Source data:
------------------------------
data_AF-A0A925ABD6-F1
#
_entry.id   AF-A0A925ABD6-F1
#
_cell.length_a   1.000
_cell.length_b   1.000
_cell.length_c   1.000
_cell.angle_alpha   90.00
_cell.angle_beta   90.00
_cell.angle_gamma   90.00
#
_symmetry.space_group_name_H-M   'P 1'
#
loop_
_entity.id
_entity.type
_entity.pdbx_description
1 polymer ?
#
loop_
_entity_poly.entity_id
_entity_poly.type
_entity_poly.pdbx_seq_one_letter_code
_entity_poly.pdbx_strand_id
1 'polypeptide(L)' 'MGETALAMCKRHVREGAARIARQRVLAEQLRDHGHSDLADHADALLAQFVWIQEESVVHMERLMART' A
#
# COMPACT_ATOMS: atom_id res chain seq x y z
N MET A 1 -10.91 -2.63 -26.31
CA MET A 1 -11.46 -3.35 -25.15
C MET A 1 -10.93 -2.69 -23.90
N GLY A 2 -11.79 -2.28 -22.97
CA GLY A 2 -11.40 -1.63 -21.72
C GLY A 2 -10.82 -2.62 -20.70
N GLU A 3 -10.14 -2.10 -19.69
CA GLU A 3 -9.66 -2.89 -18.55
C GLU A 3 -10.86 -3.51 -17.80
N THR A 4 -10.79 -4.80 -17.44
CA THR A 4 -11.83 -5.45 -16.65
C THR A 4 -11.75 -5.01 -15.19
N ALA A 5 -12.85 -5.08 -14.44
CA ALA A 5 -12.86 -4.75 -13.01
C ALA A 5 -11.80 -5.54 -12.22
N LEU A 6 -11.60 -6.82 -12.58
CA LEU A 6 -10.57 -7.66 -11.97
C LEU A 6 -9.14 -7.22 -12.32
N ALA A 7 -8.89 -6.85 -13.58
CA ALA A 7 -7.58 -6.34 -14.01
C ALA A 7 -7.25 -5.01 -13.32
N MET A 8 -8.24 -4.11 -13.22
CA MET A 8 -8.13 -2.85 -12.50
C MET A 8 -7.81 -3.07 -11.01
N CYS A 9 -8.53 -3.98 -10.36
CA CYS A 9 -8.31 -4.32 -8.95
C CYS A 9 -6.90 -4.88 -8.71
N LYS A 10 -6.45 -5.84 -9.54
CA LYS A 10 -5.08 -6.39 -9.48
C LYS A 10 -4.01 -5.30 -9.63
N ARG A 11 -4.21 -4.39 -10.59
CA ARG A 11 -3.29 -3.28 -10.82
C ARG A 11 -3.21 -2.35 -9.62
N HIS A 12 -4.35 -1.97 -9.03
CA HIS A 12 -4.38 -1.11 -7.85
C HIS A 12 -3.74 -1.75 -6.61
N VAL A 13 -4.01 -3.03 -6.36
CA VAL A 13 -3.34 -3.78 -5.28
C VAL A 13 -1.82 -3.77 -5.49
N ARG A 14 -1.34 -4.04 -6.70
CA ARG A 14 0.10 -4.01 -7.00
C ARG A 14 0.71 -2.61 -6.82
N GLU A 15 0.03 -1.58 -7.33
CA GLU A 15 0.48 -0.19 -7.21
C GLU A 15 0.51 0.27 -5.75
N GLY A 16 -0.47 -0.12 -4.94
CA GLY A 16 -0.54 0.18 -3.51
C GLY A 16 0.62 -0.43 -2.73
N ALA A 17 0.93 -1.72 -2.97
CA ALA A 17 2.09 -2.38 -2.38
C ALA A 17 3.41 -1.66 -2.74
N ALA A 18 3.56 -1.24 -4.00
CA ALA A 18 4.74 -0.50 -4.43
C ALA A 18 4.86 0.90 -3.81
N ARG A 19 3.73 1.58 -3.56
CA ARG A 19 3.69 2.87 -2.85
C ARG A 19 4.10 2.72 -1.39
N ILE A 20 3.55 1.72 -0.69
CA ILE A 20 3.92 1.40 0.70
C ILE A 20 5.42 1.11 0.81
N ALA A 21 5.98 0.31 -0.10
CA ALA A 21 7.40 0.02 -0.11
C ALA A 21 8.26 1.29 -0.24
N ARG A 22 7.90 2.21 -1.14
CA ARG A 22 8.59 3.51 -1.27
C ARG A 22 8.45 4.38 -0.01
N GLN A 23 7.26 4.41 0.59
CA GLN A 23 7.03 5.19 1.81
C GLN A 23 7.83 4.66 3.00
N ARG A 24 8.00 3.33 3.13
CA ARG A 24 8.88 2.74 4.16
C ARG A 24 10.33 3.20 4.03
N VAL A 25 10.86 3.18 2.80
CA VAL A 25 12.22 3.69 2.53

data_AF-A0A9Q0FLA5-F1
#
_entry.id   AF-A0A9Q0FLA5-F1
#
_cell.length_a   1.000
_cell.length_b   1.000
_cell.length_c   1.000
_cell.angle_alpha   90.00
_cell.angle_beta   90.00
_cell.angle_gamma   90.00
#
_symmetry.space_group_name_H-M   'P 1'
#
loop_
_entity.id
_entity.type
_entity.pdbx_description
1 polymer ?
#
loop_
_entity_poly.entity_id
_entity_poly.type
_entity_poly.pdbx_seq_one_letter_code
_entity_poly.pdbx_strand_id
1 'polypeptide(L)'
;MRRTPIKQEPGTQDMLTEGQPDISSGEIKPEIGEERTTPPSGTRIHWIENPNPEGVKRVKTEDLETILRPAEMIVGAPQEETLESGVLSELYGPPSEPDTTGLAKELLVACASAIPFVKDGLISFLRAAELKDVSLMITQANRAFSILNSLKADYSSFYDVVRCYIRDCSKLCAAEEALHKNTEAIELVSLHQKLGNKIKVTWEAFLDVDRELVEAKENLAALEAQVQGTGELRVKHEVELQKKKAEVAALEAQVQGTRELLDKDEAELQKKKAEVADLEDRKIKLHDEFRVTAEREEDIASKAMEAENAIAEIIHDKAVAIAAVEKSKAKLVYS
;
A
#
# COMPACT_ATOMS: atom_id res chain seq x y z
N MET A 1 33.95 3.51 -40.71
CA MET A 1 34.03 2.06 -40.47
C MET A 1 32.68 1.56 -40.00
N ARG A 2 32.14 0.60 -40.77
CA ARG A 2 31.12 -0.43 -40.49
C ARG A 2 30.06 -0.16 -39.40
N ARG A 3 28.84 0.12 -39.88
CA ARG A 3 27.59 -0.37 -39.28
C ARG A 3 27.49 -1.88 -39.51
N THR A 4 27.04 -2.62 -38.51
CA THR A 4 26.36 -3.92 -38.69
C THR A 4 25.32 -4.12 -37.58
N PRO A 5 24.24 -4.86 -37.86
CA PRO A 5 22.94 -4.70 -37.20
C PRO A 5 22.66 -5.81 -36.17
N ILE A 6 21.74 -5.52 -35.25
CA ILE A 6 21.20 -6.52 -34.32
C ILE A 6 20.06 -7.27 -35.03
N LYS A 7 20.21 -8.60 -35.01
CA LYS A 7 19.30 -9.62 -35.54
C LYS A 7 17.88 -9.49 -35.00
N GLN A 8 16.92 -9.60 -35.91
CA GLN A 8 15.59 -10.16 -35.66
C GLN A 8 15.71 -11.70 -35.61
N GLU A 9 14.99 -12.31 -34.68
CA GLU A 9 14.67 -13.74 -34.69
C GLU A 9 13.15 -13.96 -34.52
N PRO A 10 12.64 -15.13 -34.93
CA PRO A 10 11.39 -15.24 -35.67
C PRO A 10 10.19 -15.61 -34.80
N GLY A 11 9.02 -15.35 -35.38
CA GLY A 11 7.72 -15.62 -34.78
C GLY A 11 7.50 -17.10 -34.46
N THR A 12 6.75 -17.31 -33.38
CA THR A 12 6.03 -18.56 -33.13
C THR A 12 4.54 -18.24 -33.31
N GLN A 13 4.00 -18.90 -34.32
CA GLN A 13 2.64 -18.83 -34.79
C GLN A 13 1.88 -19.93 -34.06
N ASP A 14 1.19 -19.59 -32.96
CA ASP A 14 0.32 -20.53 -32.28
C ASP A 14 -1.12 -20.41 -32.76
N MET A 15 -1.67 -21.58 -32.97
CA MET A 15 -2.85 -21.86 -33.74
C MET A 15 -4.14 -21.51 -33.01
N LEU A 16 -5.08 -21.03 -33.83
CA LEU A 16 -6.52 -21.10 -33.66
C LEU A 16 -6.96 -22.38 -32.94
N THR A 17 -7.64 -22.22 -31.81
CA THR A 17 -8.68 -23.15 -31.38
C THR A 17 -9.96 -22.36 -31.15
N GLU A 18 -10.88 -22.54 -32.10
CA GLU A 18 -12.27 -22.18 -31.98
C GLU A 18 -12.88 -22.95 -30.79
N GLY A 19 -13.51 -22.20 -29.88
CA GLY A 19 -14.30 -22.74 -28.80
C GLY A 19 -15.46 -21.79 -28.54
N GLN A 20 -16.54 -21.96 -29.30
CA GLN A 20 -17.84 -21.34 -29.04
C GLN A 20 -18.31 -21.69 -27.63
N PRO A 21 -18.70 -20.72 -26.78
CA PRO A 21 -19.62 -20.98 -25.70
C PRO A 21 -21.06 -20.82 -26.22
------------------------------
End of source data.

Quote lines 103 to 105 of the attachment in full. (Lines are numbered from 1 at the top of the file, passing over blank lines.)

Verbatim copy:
#
_entry.id   AF-A0A9Q0FLA5-F1
#